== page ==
“I was the master of my own downfall” – Prodigal Son Jake Hanney vows to take title chance


No one will understand how the Prodigal Son felt when he was welcomed back with open arms more than Jake Hanney [5(4)-1(1)].

Like the younger son in the ubiquitous parable, the Dublin light welter has been wasteful over the years, electing against the disciplined life in favour of a more carefree existence.

Drawing the comparison further, the former amateur of note and noted puncher, who at various stages of his career has been highlighted as one to watch, has returned home to boxing willing to earn his stripes again – but, just like the prodigal son who was willing to work as a servant, he has found himself accepted straight back into the fold.

After a two-year lay-off and a number of false dawns, the 29-year-old has been gifted the ultimate opportunity for a fighter based in Ireland outside of Belfast.

Hanney is not only straight into an Irish title fight [subject to sanctioning] on the Saturday March 30th ‘Clash of the Titans’ card, he will take on Victor Rabei live on Irish terrestrial television via TG4.

Indeed, it appears that Hanney, win or lose come next month, will be one half of a clash that promises to be so special it will go down as a pivotal moment in Irish boxing’s relationship with TV.

It’s the kind of opportunity his opponent had to slog to get, taking domestic risks to maneuvere his way toward the spotlight, and it’s a chance Hanney is delighted to both secure and one he believes he will take.

“I have been out for a while,” Hanney, whose last bout was a stoppage defeat to Tyrone McKenna, told Irish-Boxing.com.

“I was a bit upset over the last fight, I was so disappointed after it just turned me off it. I have been quietly ticking over a for a good while now.”

“I have been in the gym. This year I knew I was going to come back and I was planning on a big year,” he added before taking responsibility for the failure to fulfill his potential thus far.

“I was the master of my own downfall. I didn’t do the right things in my last camp. I didn’t commit, I didn’t dedicate. That is no one’s fault but my own.”

While Hanney was planning to leave his mark in 2019, he was expecting a ‘re-earn your stripes period’ and admits even he is surprised he has been given the chance to become a titleholder so early into the comeback.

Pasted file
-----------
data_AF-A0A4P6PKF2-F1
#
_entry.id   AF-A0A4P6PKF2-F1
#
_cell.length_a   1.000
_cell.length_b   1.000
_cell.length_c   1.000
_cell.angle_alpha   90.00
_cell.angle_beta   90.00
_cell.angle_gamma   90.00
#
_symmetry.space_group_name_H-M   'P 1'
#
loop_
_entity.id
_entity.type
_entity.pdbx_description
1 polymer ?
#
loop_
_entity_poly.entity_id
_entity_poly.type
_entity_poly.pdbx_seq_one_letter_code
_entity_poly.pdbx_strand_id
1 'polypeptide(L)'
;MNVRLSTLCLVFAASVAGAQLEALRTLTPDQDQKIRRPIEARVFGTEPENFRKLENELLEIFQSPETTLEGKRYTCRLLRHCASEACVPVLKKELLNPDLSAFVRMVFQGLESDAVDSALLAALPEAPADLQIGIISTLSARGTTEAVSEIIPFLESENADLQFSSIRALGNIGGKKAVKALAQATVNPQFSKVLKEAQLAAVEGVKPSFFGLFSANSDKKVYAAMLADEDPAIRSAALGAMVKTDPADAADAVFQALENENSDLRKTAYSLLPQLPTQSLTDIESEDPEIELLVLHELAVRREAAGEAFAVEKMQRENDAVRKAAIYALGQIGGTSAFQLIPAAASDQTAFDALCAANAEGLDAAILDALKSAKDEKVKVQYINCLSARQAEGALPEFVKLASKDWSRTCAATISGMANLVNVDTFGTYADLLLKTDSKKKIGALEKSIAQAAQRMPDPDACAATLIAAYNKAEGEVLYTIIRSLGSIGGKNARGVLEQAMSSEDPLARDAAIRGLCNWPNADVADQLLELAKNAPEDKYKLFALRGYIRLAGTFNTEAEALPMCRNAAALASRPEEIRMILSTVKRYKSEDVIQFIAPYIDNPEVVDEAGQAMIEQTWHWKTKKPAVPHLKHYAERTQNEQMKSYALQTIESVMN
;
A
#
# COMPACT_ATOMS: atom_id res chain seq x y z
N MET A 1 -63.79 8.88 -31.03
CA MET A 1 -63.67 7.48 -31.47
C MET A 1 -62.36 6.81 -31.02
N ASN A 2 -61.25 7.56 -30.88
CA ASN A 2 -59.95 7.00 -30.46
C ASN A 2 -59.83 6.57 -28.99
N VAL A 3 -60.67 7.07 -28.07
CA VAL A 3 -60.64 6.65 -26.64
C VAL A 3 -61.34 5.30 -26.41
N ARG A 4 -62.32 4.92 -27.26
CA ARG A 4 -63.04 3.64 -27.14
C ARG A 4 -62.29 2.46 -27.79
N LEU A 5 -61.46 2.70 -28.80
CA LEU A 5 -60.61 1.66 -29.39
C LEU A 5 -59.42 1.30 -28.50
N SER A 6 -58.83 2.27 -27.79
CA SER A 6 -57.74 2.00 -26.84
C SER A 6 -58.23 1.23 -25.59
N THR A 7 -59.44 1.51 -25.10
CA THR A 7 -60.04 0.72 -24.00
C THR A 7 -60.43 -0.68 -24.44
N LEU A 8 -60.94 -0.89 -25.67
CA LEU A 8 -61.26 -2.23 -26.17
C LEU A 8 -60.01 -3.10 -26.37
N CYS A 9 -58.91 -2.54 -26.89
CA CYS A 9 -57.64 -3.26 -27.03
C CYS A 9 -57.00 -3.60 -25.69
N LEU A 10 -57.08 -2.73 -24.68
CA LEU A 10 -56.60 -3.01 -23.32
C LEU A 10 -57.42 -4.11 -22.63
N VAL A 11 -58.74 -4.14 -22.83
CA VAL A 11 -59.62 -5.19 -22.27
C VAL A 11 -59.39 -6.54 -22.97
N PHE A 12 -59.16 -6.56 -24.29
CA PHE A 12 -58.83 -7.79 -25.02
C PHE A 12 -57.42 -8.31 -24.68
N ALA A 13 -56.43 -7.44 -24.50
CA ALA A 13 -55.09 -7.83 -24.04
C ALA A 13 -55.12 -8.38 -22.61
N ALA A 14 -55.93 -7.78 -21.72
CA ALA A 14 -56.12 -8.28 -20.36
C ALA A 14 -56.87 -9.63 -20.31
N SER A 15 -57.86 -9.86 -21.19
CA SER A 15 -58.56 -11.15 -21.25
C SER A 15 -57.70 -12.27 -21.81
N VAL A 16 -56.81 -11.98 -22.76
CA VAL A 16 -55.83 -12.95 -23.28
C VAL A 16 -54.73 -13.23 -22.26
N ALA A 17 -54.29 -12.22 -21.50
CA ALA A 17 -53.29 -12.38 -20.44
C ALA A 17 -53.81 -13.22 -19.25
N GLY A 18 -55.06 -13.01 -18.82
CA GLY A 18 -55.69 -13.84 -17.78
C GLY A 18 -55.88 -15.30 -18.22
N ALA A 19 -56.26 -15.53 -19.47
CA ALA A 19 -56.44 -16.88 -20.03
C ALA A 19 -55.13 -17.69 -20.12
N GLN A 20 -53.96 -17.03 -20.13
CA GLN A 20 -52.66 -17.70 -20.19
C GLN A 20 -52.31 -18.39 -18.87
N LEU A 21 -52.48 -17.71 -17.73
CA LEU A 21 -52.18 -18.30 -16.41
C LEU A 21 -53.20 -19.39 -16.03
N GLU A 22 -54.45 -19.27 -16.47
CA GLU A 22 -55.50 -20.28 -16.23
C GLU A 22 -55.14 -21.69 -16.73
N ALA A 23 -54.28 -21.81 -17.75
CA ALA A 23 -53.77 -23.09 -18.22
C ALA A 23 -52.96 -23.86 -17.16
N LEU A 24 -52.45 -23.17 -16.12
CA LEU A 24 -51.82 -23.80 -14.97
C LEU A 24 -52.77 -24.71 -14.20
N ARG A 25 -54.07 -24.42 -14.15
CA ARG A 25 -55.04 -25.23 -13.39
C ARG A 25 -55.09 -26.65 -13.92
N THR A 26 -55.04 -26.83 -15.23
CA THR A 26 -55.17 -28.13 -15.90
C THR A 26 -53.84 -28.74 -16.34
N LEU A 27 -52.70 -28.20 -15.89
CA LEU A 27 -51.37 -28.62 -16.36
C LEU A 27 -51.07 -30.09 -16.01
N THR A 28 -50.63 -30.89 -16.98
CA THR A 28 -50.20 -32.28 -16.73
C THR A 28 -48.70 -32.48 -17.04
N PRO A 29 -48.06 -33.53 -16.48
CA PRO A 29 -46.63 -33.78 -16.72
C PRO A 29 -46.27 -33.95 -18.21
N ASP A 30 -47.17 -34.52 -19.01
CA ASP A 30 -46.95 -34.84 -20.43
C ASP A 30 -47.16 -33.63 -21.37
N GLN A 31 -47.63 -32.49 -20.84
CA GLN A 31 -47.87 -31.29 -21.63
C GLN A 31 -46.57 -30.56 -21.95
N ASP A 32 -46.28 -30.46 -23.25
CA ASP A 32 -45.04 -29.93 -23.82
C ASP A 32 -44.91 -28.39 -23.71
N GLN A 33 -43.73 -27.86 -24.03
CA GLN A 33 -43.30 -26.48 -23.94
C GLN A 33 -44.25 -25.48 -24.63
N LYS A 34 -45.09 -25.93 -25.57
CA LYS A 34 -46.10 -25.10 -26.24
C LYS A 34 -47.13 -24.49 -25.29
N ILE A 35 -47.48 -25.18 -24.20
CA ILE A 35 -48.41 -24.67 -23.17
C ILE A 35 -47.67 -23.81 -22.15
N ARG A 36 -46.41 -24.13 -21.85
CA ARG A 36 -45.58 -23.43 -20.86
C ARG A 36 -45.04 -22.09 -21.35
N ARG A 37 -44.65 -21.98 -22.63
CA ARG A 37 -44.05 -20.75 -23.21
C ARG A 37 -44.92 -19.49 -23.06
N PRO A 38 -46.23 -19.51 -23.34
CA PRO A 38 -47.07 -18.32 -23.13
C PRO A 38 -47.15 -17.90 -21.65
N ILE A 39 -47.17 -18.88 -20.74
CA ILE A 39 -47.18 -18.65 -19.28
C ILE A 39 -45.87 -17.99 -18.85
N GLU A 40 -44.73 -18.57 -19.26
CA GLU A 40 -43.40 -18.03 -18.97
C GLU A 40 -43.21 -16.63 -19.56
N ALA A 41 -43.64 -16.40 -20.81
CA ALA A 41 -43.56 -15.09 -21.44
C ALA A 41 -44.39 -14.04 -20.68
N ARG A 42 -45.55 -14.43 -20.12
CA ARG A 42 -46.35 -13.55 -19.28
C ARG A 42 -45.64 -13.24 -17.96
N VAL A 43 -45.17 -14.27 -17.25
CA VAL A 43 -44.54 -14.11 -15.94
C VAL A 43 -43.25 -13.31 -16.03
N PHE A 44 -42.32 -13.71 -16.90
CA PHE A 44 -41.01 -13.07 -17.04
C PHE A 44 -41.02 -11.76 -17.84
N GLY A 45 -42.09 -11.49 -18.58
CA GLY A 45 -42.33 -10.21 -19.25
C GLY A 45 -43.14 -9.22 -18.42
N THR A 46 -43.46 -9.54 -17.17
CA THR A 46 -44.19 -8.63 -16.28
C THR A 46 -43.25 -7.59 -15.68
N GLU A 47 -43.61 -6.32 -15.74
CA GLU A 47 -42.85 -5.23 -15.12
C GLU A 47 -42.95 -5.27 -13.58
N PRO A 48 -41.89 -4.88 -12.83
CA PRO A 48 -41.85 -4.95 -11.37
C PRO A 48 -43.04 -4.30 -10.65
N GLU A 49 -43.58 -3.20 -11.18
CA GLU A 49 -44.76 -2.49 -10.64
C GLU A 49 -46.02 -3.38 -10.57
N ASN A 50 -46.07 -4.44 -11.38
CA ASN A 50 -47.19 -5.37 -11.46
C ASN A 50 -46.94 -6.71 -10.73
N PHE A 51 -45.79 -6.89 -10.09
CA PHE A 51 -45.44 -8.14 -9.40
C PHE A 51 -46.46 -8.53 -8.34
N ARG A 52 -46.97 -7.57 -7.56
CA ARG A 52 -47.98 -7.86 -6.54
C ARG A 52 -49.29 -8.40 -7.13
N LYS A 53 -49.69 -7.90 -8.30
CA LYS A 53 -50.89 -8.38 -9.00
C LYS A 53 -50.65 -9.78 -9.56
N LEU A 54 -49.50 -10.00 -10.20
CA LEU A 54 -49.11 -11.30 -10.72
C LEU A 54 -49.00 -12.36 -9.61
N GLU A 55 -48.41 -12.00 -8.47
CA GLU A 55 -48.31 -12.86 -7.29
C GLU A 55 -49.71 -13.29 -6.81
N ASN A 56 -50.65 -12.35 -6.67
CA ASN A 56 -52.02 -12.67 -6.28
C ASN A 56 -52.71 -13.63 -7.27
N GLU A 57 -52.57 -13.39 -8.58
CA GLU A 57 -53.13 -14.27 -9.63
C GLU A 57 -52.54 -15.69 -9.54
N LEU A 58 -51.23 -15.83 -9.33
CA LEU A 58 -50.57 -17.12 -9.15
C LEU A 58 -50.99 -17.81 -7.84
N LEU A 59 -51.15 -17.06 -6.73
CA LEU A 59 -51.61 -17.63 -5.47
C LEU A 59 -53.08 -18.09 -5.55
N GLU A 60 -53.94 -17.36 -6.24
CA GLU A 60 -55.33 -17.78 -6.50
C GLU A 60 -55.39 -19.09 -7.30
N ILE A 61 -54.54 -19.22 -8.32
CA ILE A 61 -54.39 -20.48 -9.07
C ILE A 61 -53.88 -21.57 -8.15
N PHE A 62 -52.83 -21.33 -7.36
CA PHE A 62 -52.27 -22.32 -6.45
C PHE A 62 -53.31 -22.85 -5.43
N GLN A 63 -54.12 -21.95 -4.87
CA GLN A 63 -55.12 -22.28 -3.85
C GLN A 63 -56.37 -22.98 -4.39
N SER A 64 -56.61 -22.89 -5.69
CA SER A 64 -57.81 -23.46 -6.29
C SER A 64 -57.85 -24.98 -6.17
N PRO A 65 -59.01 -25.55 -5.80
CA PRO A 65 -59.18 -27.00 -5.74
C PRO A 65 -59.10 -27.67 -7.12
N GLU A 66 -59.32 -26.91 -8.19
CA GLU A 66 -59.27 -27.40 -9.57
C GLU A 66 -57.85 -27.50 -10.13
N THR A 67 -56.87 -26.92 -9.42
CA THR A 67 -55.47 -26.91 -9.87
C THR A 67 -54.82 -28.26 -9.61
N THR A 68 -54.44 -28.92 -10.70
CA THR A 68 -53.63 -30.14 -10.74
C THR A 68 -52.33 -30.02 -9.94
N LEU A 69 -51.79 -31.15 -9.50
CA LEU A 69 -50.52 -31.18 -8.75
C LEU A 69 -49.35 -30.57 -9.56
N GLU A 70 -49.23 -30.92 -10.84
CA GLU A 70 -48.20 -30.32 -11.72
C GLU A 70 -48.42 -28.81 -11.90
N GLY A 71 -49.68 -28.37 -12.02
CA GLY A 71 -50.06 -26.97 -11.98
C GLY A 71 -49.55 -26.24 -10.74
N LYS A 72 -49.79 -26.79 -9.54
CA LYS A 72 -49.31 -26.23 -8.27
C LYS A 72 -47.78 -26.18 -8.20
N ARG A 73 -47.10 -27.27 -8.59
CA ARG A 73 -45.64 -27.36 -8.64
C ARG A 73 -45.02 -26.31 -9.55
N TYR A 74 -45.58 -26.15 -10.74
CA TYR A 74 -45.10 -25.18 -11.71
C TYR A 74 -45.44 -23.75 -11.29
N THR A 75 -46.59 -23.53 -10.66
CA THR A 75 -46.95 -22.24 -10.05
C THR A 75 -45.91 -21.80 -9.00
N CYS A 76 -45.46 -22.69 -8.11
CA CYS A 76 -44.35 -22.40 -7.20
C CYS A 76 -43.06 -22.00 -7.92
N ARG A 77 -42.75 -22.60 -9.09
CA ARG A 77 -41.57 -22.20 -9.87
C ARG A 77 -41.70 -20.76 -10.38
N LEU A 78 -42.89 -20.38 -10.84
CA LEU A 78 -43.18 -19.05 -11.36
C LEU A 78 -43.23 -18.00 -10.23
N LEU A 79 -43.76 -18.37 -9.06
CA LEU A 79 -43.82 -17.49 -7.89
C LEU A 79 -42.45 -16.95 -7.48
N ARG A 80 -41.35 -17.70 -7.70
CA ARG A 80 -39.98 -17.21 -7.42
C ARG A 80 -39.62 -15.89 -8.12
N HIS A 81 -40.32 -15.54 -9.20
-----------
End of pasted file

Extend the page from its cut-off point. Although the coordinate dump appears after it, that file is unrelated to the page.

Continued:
If the bout isn’t sanctioned for the vacant Irish light welter belt, Rabei’s BUI Celtic strap will go on the line but all parties are confident it will soon be cleared for the national title.

“The Irish title was one of my main goals this year and I am delighted I get to take it in my first fight,” he said.

The boxing consensus would suggest ‘The Wizard’ would be better served with a warm-up bout before returning to domestic level. A ring rust cleansing clash would be no harm and it may suit Hanney to get the feel of the ring again but away from the big time spotlight.

However, the confident puncher claims the setting, the prize, and the opponent all suit him perfectly.

“It’s pressure for some people, but the way I look at it is, if I get the right sparring and I am in the right condition there is going to be no problem, no problem at all – and I know I’ll get that sparring.”

“I need something like this in front of me to push me on. If I have a journeyman or someone that isn’t great I might go laxidazy. It’s not like that with Victor. I am delighted he has taken the fight and I know it’s going to be a good fight.”

Another key aspect to Hanney’s confidence is the team he now has around him. Boxing Ireland and Stephen Sharpe in particular, love a second chance story, and in Eddie Hyland they believe they have ideal coach, even father figure, for punchers finding their way again.

Hanney seems to agree and admits that the Irish-Boxing.com Trainer of the Year is exactly the kind of strict mentor he needs.

“Eddie is exactly who I need to train with,” he notes.

“He doesn’t take any shit, he says it as it is and if your not doing you will be doing it. Suits me time wise too because I work every day.”

“In work they are giving me a bit time of too and sponsors are coming on board. Everything is kinda falling into place right now, which is bad timing for Victor.”

Photo Credit: Ricardo Guglielminotti – The Fighting Irish (@ThefIrish)

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Jonny Stapleton

Irish-boxing.com contributor for 15 years and editor for the past decade. Have been covering boxing for over 16 years and writing about sport for a living for 19 years. Former Assistant Sports editor for the Gazette News Paper Group and former Tallaght Voice Sports Editor. Have had work published in publications around the world when working as a freelance journalist. Also co-founder of Junior Sports Media and Leinster Rugby PRO of the Year winner. email: editoririshboxing@gmail.com